- The Washington Times - Wednesday, February 18, 2009

The Wizards are up against the trade deadline, with no genuine sense of who they are and limitations all about them.

Ernie Grunfeld cannot begin to repair the Wizards in a meaningful manner until he knows with a degree of certainty the fate of Gilbert Arenas.

All franchise business, with the exception of identifying the leading prospects of the NBA Draft, is impinged by the question of Arenas, whose chronic knee problem is conjuring memories of Bernard King, Grunfeld’s old running mate at Tennessee.

King essentially lost two seasons because of a bum knee but eventually returned to All-Star form, if only for an abbreviated period in the 1990-91 season, when he was with the Bullets.

Although the field of sports medicine has made considerable advances in the last generation, the human body can be impervious to the best team of doctors employing the best techniques.

That has been especially true with Arenas, the one with the incredibly volatile timetable who possibly will be unable to make even a cameo appearance this season.

The Wizards have two players with high trade value in Caron Butler and Antawn Jamison, both of whom just happen to be able complements to Arenas.

The Wizards could play with a certain flair, with the emphasis on offense, so long as all three were on the floor and accumulating 65 to 70 points a game. Theirs was an aesthetically pleasing style - the Suns are reverting to it after firing Terry Porter - even if it is fundamentally flawed in the slog of playoff basketball.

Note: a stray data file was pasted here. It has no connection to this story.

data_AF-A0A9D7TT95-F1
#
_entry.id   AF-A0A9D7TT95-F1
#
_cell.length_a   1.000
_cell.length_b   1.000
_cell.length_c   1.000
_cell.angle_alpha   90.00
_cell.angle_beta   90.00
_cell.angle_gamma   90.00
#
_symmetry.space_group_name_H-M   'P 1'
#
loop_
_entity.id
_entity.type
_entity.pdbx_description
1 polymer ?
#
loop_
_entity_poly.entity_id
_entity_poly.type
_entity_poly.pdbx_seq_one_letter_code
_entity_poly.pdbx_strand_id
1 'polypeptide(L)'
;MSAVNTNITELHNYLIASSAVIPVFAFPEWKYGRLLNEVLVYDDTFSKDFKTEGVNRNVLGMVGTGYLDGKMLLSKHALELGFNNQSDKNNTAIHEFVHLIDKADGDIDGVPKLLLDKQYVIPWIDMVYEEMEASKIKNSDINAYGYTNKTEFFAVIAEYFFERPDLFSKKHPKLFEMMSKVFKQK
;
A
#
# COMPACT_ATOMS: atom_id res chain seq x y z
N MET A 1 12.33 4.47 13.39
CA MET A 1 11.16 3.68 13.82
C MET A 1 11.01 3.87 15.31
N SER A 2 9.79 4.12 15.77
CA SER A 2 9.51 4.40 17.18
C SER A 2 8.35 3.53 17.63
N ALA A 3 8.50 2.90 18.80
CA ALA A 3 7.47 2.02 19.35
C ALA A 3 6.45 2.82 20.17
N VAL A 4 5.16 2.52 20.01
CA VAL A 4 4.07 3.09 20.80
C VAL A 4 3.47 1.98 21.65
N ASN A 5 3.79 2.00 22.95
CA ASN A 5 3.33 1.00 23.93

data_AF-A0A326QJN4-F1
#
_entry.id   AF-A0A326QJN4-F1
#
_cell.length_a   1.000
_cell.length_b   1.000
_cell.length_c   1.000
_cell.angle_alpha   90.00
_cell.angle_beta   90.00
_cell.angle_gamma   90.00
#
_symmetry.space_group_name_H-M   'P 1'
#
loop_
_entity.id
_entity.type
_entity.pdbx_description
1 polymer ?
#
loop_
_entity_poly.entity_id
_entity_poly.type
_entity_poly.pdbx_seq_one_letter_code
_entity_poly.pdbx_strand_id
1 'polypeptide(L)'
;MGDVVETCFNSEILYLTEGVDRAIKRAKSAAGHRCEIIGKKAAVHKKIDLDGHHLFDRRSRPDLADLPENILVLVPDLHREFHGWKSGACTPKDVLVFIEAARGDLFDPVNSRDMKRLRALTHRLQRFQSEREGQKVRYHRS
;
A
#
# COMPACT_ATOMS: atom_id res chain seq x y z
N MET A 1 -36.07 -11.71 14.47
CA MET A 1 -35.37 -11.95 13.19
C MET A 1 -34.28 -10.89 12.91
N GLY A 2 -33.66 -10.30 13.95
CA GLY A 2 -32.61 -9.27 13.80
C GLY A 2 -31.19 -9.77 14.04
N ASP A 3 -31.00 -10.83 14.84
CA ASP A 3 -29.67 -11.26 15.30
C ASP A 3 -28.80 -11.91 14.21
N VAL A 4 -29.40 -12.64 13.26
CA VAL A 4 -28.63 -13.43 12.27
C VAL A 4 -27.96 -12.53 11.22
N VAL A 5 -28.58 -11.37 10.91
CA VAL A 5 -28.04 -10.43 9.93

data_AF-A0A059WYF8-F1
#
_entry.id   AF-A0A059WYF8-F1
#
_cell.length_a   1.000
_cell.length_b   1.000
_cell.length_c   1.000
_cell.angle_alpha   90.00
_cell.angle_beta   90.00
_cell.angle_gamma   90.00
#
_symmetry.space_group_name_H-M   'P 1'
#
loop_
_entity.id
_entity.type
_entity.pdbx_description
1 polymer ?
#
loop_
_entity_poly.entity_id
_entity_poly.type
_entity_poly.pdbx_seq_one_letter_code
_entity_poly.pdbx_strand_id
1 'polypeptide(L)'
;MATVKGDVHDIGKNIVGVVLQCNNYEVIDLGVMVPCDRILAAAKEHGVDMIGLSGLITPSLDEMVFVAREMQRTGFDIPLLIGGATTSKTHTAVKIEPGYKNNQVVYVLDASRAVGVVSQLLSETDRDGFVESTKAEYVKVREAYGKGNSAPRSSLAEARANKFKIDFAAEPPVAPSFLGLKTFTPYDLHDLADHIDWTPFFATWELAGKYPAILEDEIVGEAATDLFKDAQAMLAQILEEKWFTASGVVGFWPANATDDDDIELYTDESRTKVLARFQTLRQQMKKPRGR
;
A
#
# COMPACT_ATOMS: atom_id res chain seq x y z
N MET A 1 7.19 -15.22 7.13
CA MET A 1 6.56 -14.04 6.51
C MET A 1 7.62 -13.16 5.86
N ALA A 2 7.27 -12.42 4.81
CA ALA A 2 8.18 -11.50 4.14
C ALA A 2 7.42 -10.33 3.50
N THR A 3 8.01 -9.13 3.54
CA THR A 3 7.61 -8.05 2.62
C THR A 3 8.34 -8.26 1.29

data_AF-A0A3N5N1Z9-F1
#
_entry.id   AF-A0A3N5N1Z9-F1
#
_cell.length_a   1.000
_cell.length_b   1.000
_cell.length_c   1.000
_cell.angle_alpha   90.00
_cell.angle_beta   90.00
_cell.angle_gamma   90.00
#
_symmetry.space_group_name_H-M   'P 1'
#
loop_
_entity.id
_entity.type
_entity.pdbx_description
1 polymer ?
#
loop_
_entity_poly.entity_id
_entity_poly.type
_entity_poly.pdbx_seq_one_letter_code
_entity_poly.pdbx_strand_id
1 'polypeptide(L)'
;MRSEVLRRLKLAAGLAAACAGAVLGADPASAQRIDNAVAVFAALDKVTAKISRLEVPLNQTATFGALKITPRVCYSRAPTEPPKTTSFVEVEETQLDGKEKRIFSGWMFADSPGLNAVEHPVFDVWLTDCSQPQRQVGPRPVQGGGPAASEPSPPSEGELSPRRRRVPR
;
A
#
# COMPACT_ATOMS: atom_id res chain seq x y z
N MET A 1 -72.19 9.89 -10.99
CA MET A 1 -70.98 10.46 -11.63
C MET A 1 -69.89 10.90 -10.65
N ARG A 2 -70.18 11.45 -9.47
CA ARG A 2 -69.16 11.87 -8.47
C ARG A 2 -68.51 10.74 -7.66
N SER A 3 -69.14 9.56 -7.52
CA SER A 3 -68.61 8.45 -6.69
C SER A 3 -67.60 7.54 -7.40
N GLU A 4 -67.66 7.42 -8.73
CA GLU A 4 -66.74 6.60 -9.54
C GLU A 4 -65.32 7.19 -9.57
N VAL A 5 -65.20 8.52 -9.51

Butler and Jamison have made appearances in the NBA rumor mill, which is the product of their All-Star pedigrees and a team in the midst of a history-making swoon. The desperate often receive inquiries from the strong and mighty in the hope the desperate are blinded by their hurt.

A trade involving either player probably would not be in the best interest of the franchise, barring a one-sided scenario, such as the Butler-Kwame Brown swap in 2005. Until Grunfeld and the Wizards know the long-term outcome with Arenas - the best-case guess now pushed back to next December or January - it is virtually impossible to build around a $111 million doubt.

Grunfeld might see an opening to make a second-tier move that relieves potential anxieties about the salary cap. That might prove useful in signing the lottery pick in the summer. But it would not improve the principal concern of the team’s beleaguered fans.

They embraced the sense of hope that permeated the franchise the first two seasons of its four-year playoff run. There was a core group, a foundation. There was a clear-cut plan. With the addition of another piece or two, or the emergence of Andray Blatche, the Wizards and their supporters could dream of deep playoff runs.

Three seasons’ worth of injuries later, the Wizards have hit bottom. Beyond Butler and Jamison and rookie JaVale McGee, the trade value of the remaining Wizards depends on the needs of a potential suitor.

Nick Young has shown he can score but lacks court awareness. DeShawn Stevenson has been betrayed by his body this season, which is either a blip in his career or the beginning of a downward trend after nine seasons in the NBA.

Brendan Haywood would intrigue a number of teams, as 7-footers do, and his availability is liable to rise in proportion to McGee’s development. Blatche remains a work ethic short of being what he could be. The rest of the Wizards are either unmovable or too raw to elicit the sort of interest that would benefit the team in a persuasive fashion.

This is the grim outlook before the Wizards as the trade deadline nears. They are stuck between a $111 million contract and the long-shot recovery of a franchise player who saw his world come crashing down 22 months ago.

That is the snap, crackle and pop of basketball, a beautiful game but ever cruel.

Too cruel on this franchise.

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